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Video streaming services have overtaken pay-TV subscriptions in the UK

Even though investors are seemingly wary about Netflix’s next step, the platform is still unquestionably at its peak and leading the charge against traditionally paid television. Alongside Amazon Prime and Sky’s Now TV streaming services have garnered more subscriptions than pay-TV, with pay-TV actually shrinking for the first time in years.

UK media regulator Ofcom revealed the figures earlier this week, with the trio of streaming services totalling 15.4 million subscriptions, while pay-TV, comprised of Sky, Virgin Media, BT TV and Talk TV fell to 15.1 million subscriptions. Netflix itself dominates 9.1 million of this figure, rising 32 percent since 2017.

Pay-TV services might be down, but they are certainly not out as the traditional service still holds the crown for generated revenue, sporting £6.4 billion/$8.4 billion in comparison to online streaming revenue of just £895 million/$1.2 billion. Despite the staggering difference between the two figures, pay-TV advertising income has fallen by approximately 7 percent, totalling £3.9bn/$5bn.

“We have seen a decline in revenues for pay-TV, a fall in spending on new programmes by our public service broadcasters, and the growth of global video streaming giants,” said Ofcom’s chief executive Sharon White. “These challenges cannot be underestimated.”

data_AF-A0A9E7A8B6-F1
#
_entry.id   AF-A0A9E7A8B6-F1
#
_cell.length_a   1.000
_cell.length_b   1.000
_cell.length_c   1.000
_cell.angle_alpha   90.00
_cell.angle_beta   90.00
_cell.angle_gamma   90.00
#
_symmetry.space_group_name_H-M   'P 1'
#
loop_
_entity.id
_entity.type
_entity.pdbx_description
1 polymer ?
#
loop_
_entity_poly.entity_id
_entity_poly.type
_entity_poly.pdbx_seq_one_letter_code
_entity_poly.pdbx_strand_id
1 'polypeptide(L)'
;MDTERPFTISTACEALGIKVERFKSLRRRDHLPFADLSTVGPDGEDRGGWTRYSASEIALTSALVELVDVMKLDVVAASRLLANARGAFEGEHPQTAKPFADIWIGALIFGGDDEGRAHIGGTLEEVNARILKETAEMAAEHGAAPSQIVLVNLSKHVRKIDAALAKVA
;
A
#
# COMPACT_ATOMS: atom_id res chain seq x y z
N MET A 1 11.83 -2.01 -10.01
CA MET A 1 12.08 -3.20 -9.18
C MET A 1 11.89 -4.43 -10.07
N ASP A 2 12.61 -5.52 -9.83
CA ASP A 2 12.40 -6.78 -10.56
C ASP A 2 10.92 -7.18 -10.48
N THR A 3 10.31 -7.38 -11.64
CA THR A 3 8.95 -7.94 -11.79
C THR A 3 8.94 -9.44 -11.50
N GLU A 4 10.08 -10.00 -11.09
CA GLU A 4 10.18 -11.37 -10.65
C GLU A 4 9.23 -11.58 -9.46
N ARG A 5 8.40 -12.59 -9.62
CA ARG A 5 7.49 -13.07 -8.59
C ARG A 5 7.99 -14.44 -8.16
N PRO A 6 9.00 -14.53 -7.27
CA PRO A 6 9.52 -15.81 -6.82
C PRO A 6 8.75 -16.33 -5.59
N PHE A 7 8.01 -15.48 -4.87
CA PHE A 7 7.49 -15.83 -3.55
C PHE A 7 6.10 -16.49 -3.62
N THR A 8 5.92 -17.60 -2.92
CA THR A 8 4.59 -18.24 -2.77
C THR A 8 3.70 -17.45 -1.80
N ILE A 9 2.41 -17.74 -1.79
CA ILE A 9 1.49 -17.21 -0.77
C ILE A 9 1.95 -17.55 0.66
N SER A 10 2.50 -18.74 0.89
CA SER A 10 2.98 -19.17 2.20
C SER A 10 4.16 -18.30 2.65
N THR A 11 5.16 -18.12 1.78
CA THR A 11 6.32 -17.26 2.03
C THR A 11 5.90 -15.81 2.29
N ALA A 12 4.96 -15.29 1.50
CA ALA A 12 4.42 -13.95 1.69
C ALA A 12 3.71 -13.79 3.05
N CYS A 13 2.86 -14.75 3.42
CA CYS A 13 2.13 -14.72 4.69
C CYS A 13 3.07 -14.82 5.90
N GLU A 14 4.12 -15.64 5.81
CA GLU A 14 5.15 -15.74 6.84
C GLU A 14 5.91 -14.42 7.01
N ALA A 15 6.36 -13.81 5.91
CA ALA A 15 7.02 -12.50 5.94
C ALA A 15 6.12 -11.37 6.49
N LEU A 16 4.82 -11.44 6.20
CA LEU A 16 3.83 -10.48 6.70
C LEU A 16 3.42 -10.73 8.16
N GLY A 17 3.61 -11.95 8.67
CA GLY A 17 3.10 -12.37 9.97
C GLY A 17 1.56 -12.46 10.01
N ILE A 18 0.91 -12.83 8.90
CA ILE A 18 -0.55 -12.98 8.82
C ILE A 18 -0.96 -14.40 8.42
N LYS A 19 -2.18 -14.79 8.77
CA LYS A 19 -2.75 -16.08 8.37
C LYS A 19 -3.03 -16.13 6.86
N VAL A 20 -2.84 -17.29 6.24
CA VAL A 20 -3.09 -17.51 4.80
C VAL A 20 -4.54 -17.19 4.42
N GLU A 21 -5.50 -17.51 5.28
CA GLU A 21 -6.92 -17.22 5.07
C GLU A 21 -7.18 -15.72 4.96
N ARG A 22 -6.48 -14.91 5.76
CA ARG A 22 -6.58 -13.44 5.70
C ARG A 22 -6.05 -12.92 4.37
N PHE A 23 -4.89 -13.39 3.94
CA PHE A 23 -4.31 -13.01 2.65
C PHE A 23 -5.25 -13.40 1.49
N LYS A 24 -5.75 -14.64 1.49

It’s believed that these changes are thanks to increasingly accessible smart TVs, faster broadband speeds and the competitive pricing of online streaming services that grant access to exclusive content that is progressively more premium than ever before. Free video on-demand (VoD) services such as YouTube are also said to have contributed to the move away from pay-TV, facilitating the drop in daily hours viewed by 38 minutes since 2012. Users are now calculated to spend an average of 3 hours and 22 minutes watching content each day.

The BBC, Channel 4, Channel 5 and ITV have all played a part in this downward trend, spending a combined £2.5 billion/$3.3 billion on new audiovisual content throughout the past year, a 20-year low for the broadcasters. Ofcom has confidence that this will change in light of new statistics, so that UK broadcasters are better equipped in the fight against online media.

KitGuru Says: Whether viewers like it or not, exclusive content seems to be the main draw into a subscription, from Netflix’s Marvel series to Amazon’s The Man in the High Castle. It seems like the only way is for pay-TV to fight fire with fire and bolster their content. How do you view your content?

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